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Federal judge approves $22.5 million fine for Google privacy violations

A federal judge in the US District Court for the Northern District of California [official website] on Friday approved the $22.5 million fine levied by the Federal Trade Commission (FTC) [official website] against Google [corporate website] for Google's alleged privacy misrepresentations concerning Apple's Safari internet browser. Google agreed [JURIST report] earlier this month to pay a record fine [press release] of $22.5 million to the FTC. The settlement also required Google to disable the tracking "cookies" that it originally said would not be placed on buyers' computers. Consumer Watchdog [advocacy website], a consumer advocacy nonprofit, opposed the settlement in court [memorandum, PDF], requesting that the court reject the settlement because it failed to include a permanent injunction on Google's actions, failed to include a sufficient legal penalty, and wrongly included a denial of liability. The request for a review of the settlement was granted [order, PDF] on October 12. The judge approved the settlement [AP report] hours after the final arguments concerning the validity of the settlement.

This is one of many legal challenges Google has faced regarding the privacy of internet users. In February, a federal judge dismissed [JURIST report] a suit filed by the Electronic Privacy Information Center (EPIC) [advocacy website], a consumer privacy group, that asked the FTC to block Google's proposed privacy changes [text] that would allow a user's information to be shared among several Google products, including YouTube, Gmail, and Google Maps. Also in February, members of the Congressional Bi-Partisan Privacy Caucus [official website] sent a letter [JURIST report] to the FTC asking it to look into Google's possible unlawful privacy practices related to bypassing Safari settings to track users browser histories without their consent. The settlement allegedly violated by Google in this case was arranged in October 2011, and barred Google from misrepresenting the extent to which consumers can exercise control over the collection of their information. Several months prior, in March, the FTC announced [JURIST report] a similar settlement regarding Google's breach of consumer privacy rights by misleading users with Google Buzz, the company's then-social networking site. Previous concerns were raised in April 2007 when several internet privacy groups asked [JURIST report] the FTC to investigate the merger between Google and the advertising provider DoubleClick [corporate website]. "Deceptive" and "unfair" advertising claims were also brought against Google [JURIST report] by consumer groups in November 2006.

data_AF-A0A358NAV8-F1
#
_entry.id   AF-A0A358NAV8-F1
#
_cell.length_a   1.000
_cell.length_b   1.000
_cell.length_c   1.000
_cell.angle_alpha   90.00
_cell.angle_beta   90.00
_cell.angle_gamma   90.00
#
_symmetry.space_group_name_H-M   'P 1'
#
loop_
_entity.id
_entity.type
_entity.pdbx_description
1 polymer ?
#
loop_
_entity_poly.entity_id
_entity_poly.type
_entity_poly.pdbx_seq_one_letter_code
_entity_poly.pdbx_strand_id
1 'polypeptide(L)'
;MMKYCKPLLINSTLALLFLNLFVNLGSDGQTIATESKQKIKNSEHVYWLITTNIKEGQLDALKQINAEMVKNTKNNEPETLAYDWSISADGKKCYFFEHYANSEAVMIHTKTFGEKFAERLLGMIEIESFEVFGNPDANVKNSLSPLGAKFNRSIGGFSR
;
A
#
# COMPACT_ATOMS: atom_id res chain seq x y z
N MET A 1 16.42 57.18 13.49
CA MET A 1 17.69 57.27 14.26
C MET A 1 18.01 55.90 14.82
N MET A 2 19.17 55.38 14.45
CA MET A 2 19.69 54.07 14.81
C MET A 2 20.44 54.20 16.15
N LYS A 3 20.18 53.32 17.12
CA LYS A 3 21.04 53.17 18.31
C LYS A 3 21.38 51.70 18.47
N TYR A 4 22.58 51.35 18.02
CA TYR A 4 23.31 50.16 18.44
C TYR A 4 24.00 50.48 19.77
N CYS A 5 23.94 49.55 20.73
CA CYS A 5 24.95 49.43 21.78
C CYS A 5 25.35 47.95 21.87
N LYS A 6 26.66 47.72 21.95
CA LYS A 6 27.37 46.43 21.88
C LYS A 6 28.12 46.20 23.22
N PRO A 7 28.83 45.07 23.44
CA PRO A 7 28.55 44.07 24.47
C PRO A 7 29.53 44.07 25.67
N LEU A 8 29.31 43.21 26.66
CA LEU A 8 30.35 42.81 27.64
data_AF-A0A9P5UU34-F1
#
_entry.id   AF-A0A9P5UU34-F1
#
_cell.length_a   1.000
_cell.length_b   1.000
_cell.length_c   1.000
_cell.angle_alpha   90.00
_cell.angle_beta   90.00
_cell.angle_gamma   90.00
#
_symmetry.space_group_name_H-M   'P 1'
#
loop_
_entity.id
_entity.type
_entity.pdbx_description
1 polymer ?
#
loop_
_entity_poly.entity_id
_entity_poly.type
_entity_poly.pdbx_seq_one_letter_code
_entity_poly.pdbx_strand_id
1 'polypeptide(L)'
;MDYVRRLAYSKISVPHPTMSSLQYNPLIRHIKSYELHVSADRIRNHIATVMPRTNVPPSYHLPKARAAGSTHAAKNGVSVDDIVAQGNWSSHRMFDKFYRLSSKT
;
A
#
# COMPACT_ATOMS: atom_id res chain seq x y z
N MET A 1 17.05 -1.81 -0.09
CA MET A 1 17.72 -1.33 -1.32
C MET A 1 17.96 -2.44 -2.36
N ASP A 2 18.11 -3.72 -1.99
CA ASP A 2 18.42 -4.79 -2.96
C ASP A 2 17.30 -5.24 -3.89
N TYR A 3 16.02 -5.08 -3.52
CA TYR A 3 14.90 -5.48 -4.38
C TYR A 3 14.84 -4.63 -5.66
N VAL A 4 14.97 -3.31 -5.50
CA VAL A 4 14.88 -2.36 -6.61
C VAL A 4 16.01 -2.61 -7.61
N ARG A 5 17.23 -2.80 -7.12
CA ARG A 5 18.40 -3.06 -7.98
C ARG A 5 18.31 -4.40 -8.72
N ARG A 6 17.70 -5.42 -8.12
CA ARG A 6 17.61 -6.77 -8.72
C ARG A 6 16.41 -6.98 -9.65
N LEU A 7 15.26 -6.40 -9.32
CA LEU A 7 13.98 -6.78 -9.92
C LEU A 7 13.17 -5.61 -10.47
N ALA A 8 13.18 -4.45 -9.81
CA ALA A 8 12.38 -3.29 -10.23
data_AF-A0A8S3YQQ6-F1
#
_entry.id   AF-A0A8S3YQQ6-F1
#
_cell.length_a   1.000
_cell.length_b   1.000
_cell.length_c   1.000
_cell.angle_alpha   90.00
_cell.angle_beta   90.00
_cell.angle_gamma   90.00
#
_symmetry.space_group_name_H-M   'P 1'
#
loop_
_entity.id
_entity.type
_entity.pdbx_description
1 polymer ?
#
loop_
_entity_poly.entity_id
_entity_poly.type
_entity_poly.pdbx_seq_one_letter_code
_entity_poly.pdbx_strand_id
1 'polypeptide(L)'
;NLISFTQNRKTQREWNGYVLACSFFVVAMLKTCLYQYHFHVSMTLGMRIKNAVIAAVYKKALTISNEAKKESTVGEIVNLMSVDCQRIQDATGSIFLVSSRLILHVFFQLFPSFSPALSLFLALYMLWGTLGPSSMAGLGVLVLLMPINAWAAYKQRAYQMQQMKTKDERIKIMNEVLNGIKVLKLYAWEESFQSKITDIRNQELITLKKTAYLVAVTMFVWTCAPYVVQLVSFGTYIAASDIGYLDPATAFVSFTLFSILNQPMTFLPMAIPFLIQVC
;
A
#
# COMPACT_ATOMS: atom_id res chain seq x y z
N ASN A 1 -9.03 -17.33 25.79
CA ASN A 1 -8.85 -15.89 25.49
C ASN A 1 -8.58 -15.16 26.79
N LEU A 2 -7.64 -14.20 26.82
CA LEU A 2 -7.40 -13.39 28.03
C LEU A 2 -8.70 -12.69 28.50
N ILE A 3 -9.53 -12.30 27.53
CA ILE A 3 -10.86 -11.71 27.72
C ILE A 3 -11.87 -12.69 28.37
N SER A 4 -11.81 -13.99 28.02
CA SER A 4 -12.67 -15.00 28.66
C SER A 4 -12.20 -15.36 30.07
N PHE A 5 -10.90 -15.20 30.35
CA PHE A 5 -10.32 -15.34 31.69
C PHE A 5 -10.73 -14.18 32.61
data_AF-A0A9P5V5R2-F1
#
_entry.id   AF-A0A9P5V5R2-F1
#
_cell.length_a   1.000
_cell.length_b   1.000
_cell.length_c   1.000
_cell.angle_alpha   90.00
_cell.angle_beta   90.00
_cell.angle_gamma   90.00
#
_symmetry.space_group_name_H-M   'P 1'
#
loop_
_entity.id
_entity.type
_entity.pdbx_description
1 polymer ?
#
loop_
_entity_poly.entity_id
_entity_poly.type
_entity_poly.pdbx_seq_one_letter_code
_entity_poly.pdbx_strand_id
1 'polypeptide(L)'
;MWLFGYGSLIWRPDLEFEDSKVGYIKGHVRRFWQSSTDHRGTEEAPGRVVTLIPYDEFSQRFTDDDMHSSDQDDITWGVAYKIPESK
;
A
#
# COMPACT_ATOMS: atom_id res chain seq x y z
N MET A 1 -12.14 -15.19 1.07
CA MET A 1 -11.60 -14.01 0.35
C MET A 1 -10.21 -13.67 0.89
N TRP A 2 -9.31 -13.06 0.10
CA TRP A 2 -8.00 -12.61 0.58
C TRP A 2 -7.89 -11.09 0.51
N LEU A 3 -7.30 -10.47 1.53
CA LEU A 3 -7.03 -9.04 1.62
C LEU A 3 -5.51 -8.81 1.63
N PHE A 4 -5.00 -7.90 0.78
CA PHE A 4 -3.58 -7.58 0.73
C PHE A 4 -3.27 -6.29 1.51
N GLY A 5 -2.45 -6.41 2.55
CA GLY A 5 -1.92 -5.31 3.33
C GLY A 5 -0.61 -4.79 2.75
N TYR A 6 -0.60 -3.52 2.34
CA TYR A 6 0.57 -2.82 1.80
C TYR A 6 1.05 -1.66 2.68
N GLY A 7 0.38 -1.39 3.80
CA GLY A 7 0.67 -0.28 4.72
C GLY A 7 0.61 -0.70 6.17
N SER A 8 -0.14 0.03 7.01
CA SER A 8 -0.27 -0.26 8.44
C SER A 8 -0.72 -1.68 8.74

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About Paper Chase

Paper Chase is JURIST's real-time legal news service, powered by a team of 30 law student reporters and editors led by law professor Bernard Hibbitts at the University of Pittsburgh School of Law. As an educational service, Paper Chase is dedicated to presenting important legal news and materials rapidly, objectively and intelligibly in an accessible format.

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